Captain John Tavares puts New York Islanders on his back in double-OT win

NEW YORK -- We toss around words like "redemption" and "breakthrough" and "leadership" so often, it's possible their real meanings get dulled, washed out a bit.

And then there are moments like Sunday night when John Tavares embodies all of them in, hauling his New York Islanders to a place it has not been since the captain was a 2-year-old toddler.

When Tavares circled the Florida Panthers net and tucked home the game winner 10 minutes, 41 seconds into the second overtime period to send the Islanders to the second round for the first time since 1993, it was as though the slate had been wiped clear for an entire franchise and its long-suffering fan base.

"First and foremost, I think our fan base, they've been dying for it, obviously," Tavares said in the Islanders' strangely muted locker room considering the great weight that had been figuratively lifted from their collective shoulders.

In some ways, his performance and the win for the team wiped the slate clean for Tavares, who had an up-and-down season but who might be the best player on the planet right now.

"I think just throughout the whole year he was disappointed at times," said linemate and longtime friend Kyle Okposo, who drew the primary assist on the series-clinching goal. "It wasn't the way that he wanted to play all the year. He works so hard and he just he works for everything he has, and to see the way that he's come out, in probably the last four weeks, you can't say enough about him. That's why he works as hard as he does. That's why he does all the extra things, is to score big goals and come up with huge plays like he did in this series."


Tavares tied Game 6 with 52.3 seconds left in regulation and then scored the double-overtime winner to give him five goals and four assists in six games. He had a hand in nine of the Islanders' 15 goals.

But it's more than just a strong playoff series -- although that in and of itself would be enough to celebrate -- but also what Tavares means to this franchise.

Cal Clutterbuck was asked to quantify Tavares' importance to the Islanders.

He thought for a moment.

"No," he said. "No. I mean there's just, you know, you talk about teams that are successful and teams that have won Cups. They all have a guy like that. He's kind of taken it to a new level here in the first round and I think it's definitely something the rest of us are going to have to get involved a little more on the score sheet, help him out."

At times there has been speculation that Tavares would like to take his considerable talents elsewhere when his current team-friendly contract comes to an end after the 2017-18 season. After all, he had never won a playoff round with the team that drafted him first overall in 2009. And GM Garth Snow has been criticized for not assembling a better supporting cast that might ensure Tavares doesn't seek greener pastures.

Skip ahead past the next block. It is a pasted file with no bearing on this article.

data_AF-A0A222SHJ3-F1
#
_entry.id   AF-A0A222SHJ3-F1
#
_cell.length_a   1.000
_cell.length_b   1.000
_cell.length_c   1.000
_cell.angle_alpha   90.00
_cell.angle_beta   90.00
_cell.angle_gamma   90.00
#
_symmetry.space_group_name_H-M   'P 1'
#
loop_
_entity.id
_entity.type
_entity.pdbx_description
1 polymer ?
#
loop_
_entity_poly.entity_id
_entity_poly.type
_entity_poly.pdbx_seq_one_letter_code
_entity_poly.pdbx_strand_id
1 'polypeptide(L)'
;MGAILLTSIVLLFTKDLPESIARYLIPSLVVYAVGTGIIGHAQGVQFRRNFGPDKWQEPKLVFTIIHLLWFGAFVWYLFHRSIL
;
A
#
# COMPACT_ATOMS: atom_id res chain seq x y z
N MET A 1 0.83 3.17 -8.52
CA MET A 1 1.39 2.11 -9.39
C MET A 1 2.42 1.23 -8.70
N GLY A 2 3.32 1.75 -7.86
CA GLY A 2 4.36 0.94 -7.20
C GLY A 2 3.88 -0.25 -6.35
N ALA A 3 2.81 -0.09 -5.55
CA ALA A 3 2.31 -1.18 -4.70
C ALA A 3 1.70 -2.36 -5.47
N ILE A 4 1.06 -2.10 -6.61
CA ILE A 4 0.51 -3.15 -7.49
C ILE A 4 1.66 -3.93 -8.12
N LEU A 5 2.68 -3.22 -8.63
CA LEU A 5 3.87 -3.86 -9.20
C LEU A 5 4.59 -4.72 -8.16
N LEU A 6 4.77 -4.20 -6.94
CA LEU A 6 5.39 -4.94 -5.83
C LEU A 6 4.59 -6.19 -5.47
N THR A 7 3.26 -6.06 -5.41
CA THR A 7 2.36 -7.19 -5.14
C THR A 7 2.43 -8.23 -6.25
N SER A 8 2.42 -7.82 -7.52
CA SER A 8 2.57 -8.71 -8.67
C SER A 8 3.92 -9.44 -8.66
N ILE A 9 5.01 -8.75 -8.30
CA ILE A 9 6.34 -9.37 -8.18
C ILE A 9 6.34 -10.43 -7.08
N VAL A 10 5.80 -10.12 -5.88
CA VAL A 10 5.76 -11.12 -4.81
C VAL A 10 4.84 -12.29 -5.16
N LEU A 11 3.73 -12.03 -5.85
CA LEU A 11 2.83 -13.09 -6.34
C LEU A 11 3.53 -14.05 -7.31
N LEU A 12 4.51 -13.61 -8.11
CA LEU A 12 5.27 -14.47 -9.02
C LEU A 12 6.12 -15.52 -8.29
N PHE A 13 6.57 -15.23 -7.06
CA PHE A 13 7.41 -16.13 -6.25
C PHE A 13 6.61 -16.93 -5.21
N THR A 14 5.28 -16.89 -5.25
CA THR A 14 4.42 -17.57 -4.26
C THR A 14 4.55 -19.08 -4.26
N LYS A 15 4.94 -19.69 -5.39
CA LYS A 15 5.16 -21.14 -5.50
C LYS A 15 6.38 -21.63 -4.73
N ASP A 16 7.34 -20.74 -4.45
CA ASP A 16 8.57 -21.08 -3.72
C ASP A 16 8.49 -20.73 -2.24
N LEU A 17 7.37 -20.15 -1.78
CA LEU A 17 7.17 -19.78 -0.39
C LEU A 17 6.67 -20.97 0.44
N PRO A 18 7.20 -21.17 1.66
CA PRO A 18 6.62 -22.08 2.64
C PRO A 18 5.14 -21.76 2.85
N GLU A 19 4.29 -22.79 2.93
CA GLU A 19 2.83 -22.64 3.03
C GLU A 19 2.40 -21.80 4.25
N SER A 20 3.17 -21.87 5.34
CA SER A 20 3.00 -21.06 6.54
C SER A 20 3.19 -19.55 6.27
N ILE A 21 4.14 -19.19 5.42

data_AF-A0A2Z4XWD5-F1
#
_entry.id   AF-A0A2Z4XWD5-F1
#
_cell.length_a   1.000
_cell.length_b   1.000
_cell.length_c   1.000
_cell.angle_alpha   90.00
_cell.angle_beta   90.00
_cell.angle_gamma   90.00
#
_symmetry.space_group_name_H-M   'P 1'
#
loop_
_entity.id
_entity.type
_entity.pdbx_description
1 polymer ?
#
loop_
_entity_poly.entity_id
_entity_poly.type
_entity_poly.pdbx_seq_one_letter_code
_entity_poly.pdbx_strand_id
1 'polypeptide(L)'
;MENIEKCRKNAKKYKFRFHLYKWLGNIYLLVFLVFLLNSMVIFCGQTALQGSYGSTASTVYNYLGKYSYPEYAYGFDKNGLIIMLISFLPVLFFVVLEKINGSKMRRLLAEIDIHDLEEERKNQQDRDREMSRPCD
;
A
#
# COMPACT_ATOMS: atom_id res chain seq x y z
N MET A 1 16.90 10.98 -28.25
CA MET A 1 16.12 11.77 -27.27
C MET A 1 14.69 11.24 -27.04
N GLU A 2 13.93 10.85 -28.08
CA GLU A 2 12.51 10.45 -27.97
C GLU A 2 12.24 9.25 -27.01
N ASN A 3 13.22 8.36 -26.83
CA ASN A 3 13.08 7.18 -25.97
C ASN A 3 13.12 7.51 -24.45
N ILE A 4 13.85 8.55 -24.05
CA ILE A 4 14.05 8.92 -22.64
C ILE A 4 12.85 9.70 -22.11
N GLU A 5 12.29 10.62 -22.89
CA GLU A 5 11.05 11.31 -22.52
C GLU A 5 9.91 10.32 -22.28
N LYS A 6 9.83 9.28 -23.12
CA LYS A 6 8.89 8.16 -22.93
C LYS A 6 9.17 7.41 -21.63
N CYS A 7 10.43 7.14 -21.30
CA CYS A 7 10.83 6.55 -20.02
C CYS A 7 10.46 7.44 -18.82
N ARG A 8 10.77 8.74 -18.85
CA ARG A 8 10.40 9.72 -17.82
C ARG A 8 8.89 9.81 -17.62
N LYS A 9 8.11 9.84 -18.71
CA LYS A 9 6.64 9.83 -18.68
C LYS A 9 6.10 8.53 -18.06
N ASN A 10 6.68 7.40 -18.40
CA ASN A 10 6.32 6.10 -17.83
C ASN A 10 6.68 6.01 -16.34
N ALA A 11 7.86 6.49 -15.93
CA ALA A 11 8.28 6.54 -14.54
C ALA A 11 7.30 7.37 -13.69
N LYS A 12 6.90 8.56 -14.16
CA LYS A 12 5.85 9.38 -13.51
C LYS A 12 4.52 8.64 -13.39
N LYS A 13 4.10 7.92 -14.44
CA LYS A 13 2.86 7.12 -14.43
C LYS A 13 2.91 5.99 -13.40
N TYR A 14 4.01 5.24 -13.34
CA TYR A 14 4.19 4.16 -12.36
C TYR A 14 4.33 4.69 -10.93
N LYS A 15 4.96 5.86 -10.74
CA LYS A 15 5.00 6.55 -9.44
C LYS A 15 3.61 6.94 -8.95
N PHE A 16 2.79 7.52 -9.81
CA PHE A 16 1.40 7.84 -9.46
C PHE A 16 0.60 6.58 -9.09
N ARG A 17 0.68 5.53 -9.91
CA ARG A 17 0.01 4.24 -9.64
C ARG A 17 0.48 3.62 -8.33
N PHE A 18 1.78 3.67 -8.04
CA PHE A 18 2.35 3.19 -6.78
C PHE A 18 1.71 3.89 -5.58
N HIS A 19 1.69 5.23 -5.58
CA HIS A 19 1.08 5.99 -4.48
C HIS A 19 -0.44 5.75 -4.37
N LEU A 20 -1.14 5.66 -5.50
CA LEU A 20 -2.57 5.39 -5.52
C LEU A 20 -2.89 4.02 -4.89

All of those storylines seem, at least for the time being, muted with the Isles' success against the Atlantic Division-champion Panthers.

Indeed, the Panthers were the better team for much of this series -- except when Tavares was on the ice.

"He's a star player in this league. He comes up big when he has to," Panthers head coach Gerard Gallant said. "He's just a great hockey player and he's a star and he comes up with a big goal tonight and big plays."

After losing in the first round last year to the Washington Capitals, the Isles have done what all great teams need to do, take steps forward even though at times this season it appeared those steps might not be taken.

Specifically, Tavares went through dry periods as his point totals dropped from 86 last season when he was edged on the final day of the regular season for the NHL scoring title by Jamie Benn, to 70.

Last season was a great year, Tavares said. "This year was, too. Just a lot of ups and downs, some challenges for myself individually."

"Got to overcome those," he added. "There's always times in your career you learn a lot about yourself. You've got to push through those things."

On this night, as the sold-out Barclays Center faithful went wild at their first playoff series victory in their first season away from Long Island, it was hard to imagine Tavares wearing any other jersey than the one with the Islander logo on the front and his distinctive 91 on the back.

"People have been so good to me," Tavares said.

He talked about the opportunities he has been given by the Islanders, to become the kind of player he wants to become.

"And obviously want to achieve something special here and want to be a part of bringing the Islanders back to what they once were," he said.

A lot of the players in the Islanders' locker room have grown up together. They have ridden out the ownership change and the move to the city and the disappointments of not being able to step forward. They know that Tavares burns to be the kind of player, captain, leader that can get his team there.

"I mean he's our leader for a reason," defenseman Travis Hamonic said. "He's one of the best players in the world for a reason. I've said that for a long time. I have the joy of watching him do it every game and every day in practice. He works harder than anybody. So kind of fitting that he puts us on his back and he does what he does."